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The National Pass hiking track was built with picks, shovels, crowbars and dynamite between 1906 and 1907 for about £430.
Much of the track was fairly easy to create as it runs along a claystone ledge separating massive sandstone cliffs above and below.
Access to the mid level of Wentworth Falls was the greatest challenge – solved by cutting a zig-zag staircase into the sheer cliff face from the bottom up, then quarrying into a corner of the cliff to create a pathway to the stairs.
The Grand Stairway, as it came to be called, is the tallest outdoor staircase in Australia.
Construction details are sketchy, but it's said that the project involved its workers being suspended in a Bosun's Chair.
At the western end, the claystone ledge fades out several hundred metres before the Valley the Waters. This section required 142 stepping stones and a zig-zag stone staircase partly supported by drystone walling and partly cut into bedrock.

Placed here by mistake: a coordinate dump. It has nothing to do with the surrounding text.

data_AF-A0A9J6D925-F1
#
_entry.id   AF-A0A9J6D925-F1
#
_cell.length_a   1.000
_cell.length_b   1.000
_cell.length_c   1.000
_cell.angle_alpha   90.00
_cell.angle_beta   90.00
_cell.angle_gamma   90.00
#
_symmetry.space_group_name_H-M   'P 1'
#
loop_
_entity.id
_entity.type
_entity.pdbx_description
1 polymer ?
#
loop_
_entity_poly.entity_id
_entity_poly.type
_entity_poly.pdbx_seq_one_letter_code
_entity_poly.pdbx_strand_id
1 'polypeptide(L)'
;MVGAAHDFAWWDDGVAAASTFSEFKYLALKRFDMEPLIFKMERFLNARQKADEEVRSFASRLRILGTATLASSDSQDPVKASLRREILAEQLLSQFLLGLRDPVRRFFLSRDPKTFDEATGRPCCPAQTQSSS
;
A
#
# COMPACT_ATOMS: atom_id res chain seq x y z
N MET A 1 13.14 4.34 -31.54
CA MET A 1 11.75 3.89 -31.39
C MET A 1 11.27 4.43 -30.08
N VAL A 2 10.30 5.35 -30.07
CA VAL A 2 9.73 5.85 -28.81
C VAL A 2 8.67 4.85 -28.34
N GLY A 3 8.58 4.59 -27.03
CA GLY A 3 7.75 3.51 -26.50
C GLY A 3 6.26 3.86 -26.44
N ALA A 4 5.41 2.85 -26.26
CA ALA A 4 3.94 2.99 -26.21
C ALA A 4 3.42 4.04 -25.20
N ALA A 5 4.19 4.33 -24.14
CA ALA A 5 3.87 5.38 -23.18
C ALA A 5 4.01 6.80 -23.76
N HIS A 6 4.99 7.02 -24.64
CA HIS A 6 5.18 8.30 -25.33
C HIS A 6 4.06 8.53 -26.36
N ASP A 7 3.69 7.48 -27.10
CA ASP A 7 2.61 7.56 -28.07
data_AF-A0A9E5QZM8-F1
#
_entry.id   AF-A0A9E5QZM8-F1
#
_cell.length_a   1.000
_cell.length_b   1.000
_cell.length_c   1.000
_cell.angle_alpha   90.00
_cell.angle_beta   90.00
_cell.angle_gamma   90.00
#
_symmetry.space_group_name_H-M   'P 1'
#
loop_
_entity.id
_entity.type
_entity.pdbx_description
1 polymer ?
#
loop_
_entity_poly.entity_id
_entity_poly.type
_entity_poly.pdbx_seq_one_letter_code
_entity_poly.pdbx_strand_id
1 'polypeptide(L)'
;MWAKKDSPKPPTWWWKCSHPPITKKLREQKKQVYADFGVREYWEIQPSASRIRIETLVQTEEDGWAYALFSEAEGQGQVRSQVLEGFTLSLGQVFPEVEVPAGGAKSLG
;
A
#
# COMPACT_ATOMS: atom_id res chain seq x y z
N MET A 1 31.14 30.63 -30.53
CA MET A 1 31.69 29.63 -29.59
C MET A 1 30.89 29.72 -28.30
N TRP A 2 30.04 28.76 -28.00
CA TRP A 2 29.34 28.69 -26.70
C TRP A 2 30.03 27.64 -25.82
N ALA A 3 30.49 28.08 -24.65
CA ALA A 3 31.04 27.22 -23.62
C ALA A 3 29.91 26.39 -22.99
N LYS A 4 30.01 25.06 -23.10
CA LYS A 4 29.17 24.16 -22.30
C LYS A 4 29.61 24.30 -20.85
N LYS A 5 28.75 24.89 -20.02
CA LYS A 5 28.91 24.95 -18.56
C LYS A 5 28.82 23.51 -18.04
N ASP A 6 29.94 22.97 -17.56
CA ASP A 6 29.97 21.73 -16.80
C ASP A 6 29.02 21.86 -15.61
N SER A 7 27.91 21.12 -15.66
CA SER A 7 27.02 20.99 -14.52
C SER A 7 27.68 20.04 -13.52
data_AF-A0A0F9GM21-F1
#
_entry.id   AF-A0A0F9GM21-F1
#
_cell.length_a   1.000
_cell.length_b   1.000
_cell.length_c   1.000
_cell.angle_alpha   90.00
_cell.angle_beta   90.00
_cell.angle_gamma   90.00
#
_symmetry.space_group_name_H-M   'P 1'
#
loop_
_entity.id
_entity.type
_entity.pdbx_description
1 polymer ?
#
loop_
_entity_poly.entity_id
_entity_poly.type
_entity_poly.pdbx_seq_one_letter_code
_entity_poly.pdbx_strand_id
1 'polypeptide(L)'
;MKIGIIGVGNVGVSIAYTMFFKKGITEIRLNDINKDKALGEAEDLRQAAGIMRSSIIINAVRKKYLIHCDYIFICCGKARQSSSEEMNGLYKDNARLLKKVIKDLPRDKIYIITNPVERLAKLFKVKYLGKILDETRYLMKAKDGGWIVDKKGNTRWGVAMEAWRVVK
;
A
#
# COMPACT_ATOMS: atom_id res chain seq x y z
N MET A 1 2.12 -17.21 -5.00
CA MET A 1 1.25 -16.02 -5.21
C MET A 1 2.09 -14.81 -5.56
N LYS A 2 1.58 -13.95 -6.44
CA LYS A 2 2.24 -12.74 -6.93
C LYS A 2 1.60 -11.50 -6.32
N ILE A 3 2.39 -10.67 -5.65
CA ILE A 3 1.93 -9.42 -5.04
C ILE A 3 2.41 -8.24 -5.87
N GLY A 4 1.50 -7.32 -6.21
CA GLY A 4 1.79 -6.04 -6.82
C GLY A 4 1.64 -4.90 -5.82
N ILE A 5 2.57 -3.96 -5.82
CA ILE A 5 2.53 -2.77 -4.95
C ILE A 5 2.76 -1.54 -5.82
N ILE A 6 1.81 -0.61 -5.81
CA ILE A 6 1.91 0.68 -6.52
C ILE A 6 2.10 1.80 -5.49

The opening ceremony was performed at the Valley of the Waters end after "a great flourish of trumpets" in 1908.
No longer was Prince Regents Glen a "lost world" that visitors could only gaze down upon from above. The trackbuilders - known as "the Irish Brigade" - had made the inaccessible, accessible.
Conservation policies today would prevent the Giant Stairway being built as it involved blasting away some of the cliff face. However this iconic walking track is now regarded as a national treasure.
Tracks into History - Jim Smith, David Beaver and Chris Betteridge for Dept of Environment and Conservation 2006